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Study: Concussed College Athletes Almost Twice as Likely to Experience Later Lower Extremity Injuries

A study of Division I college athletes has reinforced the idea that there’s a connection between concussion and later musculoskeletal injury, with an estimate that for as much as a year after the initial head injury, concussed athletes are nearly twice as likely to suffer an acute lower extremity injury than they were prior to the concussion.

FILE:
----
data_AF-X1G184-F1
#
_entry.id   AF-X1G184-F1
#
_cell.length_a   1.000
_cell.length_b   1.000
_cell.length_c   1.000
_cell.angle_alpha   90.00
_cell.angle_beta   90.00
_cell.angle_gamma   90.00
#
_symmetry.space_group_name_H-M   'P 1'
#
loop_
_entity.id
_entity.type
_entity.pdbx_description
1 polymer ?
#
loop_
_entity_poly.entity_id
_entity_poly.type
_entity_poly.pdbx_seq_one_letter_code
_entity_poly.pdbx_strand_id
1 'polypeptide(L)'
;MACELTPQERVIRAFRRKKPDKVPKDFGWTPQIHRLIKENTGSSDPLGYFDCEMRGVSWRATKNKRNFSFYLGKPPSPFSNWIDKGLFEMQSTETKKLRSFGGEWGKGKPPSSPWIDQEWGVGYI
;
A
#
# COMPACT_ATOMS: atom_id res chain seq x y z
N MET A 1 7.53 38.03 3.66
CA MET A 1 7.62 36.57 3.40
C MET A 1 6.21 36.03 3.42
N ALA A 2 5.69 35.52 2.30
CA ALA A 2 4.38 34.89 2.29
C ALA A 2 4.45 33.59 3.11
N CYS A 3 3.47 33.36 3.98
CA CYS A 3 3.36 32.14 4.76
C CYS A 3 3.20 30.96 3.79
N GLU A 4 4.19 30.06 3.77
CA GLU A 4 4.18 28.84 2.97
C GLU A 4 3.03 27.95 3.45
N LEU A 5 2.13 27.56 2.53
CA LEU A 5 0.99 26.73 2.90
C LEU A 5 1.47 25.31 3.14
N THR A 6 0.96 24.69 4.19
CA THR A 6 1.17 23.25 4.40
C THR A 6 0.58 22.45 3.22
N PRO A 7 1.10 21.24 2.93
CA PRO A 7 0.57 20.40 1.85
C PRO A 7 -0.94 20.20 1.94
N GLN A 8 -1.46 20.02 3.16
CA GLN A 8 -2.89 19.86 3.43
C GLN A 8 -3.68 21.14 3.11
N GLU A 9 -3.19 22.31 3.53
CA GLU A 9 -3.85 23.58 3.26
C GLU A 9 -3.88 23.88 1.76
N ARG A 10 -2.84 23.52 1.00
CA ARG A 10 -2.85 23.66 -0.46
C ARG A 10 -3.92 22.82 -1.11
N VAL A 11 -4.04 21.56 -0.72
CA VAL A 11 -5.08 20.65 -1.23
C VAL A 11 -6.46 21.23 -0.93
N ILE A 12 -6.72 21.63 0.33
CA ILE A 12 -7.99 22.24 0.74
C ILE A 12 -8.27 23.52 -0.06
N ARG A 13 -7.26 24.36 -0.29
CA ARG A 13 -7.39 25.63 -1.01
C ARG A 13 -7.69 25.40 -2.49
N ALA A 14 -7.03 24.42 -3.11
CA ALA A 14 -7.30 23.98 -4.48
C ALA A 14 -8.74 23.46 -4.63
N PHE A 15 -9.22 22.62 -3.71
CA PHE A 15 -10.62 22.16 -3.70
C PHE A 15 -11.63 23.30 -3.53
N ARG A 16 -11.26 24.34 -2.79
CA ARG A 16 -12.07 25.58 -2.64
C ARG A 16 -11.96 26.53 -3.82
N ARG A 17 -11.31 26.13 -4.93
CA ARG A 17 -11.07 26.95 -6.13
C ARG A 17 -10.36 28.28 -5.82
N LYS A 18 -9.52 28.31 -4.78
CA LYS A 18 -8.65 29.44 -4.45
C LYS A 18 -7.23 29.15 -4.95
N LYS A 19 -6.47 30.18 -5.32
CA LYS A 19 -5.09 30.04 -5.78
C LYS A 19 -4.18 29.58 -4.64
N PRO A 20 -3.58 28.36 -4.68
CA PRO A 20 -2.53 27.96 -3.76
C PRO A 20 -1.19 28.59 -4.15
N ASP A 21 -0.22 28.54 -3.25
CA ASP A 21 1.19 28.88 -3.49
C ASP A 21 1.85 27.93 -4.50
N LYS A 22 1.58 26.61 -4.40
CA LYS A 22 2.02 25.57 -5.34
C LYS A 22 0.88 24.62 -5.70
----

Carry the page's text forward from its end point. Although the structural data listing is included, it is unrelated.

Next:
Researchers analyzed electronic medical records of 44 concussed and 58 nonconcussed college athletes for a 2-year period that extended 1 year before and after the concussion (the nonconcussed athletes were matched with the concussed athletes over the same time period). Records were retrieved at 365 days, 180 days, and 90 days before and after the concussion, with researchers focusing on reports of acute lower extremity musculoskeletal injury that included sprains, strains, contusions, and fractures, but didn’t include chronic and overuse injuries.

Authors found no differences in injury rates between the concussed and control groups prior to concussion events, but things changed significantly after that. The study was e-published ahead of print in Medicine and Science in Sports and Exercise.